In the late 1820s, in Waterdown, people formed little informal groups or congregations to worship. There were no churches then. It’s said that Rev. King, the Presbyterian minister at Nelson, and the Methodists, held occasional services in the Glenlee schoolhouse, it being the only place that public meetings could be held. Some sources say that the first services were held in a schoolhouse on Vinegar Hill. The same sources say that soon after, a frame church was erected nearby. This may have been a Methodist building shared by the Presbyterians.
We do know that in 1830, Rev. William King, of Nelson, Halton County, established a Presbyterian congregation in Waterdown. It was a Secession Church, that is, a group of Presbyterians who had separated from the Church of Scotland. In 1840, the two congregations of Nelson & Waterdown were received into the Synod of the Church of Scotland.
About 1844, there was a disruption or split in the Church of Scotland, with a group of Presbyterians forming what they called the Free Church. This spread to Canada in 1846. Free Church congregations were formed at Waterdown and Wellington Square (Burlington). Waterdown now had 2 groups of Presbyterians, with some of the Church of Scotland people joining with the Free Church.
Neither group had their own place of worship, but met in the local schoolhouse, or town hall, or possibly shared a building with one of the Methodist groups. By the 1850s, they both were building their own places of worship.
Now, as for the Church of Scotland – a little bit of background ... There was a plot of land on the west side of Main Street - north of Dundas Street - occupied by May’s tavern, in the 1830s - a popular spot, no doubt. It was bought out by Flannigan, who expanded a bit. Flannigan's distillery, was a great institution, but (as the story goes) the better and cheaper Coburg whiskey at 10¢ per gallon soon knocked the bottom out of it. Here, about the year 1853, the property was bought by the congregation of the Church of Scotland, and a new frame church was built, called St. Andrew's. A distillery to a house of worship. It could be said that the village exchanged one ‘spirit’ for another. About 1855, St. Andrew's manse was built. This property is the site of the McGregor Estate today.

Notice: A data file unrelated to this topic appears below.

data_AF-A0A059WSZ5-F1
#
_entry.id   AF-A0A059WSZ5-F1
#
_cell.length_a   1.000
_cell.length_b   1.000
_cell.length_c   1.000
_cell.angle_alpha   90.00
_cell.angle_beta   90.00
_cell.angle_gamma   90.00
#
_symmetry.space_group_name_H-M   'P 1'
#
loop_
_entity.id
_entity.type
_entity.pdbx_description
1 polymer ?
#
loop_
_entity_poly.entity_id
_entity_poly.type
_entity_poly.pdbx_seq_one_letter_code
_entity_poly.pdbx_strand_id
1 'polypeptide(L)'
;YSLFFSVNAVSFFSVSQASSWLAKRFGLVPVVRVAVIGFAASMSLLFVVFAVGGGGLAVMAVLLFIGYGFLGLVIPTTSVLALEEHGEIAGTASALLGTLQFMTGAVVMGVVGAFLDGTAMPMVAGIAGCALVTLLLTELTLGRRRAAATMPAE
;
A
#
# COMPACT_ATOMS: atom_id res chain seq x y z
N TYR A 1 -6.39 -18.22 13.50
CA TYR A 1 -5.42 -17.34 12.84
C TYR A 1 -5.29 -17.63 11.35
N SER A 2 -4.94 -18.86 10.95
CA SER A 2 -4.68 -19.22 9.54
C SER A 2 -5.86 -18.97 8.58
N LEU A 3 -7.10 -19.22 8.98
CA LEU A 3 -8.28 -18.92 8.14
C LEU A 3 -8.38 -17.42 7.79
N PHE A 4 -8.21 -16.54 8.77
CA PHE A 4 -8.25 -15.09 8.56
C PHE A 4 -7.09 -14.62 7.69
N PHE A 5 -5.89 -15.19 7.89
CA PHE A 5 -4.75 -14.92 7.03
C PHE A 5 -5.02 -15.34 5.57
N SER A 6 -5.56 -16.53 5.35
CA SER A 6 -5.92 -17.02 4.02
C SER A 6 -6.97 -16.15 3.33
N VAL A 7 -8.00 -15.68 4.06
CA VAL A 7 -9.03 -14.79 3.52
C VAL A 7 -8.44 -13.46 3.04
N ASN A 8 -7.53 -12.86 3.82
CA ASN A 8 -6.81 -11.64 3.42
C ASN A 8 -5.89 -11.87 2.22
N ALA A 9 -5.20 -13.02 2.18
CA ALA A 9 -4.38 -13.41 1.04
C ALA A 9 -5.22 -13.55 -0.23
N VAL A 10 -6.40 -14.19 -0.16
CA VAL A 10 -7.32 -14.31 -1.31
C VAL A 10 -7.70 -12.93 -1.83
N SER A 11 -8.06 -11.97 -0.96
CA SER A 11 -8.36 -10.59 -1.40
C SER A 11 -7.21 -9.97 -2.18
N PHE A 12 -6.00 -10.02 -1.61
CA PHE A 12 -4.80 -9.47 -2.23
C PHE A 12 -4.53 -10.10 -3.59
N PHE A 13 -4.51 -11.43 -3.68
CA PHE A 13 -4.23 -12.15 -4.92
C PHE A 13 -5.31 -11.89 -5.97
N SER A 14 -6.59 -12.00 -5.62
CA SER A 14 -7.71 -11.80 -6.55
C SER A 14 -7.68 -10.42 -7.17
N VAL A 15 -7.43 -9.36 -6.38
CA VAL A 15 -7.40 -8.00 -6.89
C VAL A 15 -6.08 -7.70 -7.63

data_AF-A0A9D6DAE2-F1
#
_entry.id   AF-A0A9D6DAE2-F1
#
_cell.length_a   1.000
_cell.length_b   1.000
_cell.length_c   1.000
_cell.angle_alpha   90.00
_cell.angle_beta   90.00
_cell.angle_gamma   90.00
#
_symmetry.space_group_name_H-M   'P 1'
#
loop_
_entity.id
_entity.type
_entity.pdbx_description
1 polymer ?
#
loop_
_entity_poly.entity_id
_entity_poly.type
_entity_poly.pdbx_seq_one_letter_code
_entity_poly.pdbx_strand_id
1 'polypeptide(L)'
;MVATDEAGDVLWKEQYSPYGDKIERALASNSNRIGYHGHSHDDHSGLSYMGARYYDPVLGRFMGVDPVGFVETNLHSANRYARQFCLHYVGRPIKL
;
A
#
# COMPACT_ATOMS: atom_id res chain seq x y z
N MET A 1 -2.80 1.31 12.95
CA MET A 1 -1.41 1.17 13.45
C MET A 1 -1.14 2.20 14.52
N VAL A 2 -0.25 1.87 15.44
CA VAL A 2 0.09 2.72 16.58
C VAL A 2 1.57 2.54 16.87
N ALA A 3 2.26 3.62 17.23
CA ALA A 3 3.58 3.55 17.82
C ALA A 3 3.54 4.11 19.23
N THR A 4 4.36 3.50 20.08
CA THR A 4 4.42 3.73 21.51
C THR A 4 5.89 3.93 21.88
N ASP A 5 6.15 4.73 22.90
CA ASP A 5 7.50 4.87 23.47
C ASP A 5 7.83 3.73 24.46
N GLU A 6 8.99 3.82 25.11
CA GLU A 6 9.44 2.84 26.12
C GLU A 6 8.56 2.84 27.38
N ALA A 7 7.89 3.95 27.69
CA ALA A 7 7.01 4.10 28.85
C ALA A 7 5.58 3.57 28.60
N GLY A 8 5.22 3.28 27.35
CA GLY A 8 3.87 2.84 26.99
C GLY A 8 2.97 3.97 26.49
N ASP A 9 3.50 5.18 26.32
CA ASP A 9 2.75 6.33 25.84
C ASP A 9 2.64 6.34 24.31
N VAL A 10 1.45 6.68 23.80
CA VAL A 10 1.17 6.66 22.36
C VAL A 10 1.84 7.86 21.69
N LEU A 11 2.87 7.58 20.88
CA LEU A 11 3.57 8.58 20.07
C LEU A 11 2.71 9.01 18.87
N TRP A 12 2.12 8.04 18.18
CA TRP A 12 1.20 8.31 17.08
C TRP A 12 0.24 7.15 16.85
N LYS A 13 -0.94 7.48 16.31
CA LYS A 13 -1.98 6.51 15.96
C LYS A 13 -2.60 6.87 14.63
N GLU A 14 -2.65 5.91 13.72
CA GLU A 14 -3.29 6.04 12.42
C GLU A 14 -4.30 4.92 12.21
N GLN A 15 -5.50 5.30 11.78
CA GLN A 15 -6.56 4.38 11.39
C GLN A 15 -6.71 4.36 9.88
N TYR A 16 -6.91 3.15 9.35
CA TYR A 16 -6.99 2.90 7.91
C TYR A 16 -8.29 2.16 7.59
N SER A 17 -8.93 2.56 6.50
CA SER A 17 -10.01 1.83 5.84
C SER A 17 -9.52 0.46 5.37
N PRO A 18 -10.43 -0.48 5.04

The Beginnings of Knox
The Free Church congregation, in 1855, erected a stone church building, called Knox Church. This is the building that we now call the Gathering Hall. It is said that some of the land was donated by Thomas Stock & James McMonies. No records for that property have been found. At least 1/4 acre of land (the Mill Street corner lot) was purchased from Mr. Henry Ferguson Graham, in 1854. The manse was built in 1856, where our parking lot is today.
Original Knox church as it looked in the 1800's.
The Free Church and the Church of Scotland congregations are our roots. In 1877, they united to form one congregation known since then as Knox Church. It is interesting to note that the first minister of St. Andrew’s, Church of Scotland, was buried in St. Paul’s cemetery, at Nelson; and the first minister of Knox was buried in the Nairn Church cemetery, at Strabane.
In February of 1900, the trustees of the congregation of Knox Church Waterdown sold to John Owen McGregor of Waterdown, the local doctor, the property containing St. Andrew’s Church (which had been used as Knox Sunday School) and St. Andrew’s Manse. Mr. McGregor had the frame church building moved from Main Street, back on the property, where it existed up to the 1960s as a barn. He added to and modified the old manse. Somewhere within the McGregor House are the remains of the old St. Andrew’s manse!
The cornerstone of the new Knox Presbyterian church was laid on the afternoon of June 25, 1901. Knox Church, Waterdown, held its dedication services on Sunday, Nov. 10th,1901 and the new church was formally opened. The new church cost nearly $5000, and supposedly would seat between 400 and 500 persons.
Knox church on it's 150th anniversary in 1981, and Knox church sanctuary in 1905 (inset).
A major expansion was the building of the kitchen and washrooms in 1959-60. This expansion replaced a smaller, older building at the back of the Church Hall. In the past there were a number of other small additions built and similarly replaced. These new facilities were ready for use about May of 1960.
Knox’s latest expansion is the present two stories and basement addition which replaced the kitchen and washroom addition of 1960. At a cost of about $900,000, these facilities gave us much needed room. These new facilities were officially dedicated on January 19, 1997.
1997 addition including kitchen, offices, library, and new meeting rooms.
Church history has always had an importance. It doesn’t change us, but it does help us to understand who we are and where we came from. The most important thing about history is not just the dates, places or buildings, but the people who were involved.
Congratulations to those in the past, and to those over the years to the present time who looked (and still look) after this beautiful building where we continue to glorify God. Today we can celebrate with joy and thanks, the foresight of past generations in building, and expanding the building, of our church.
North stained glass window.
West stained glass window.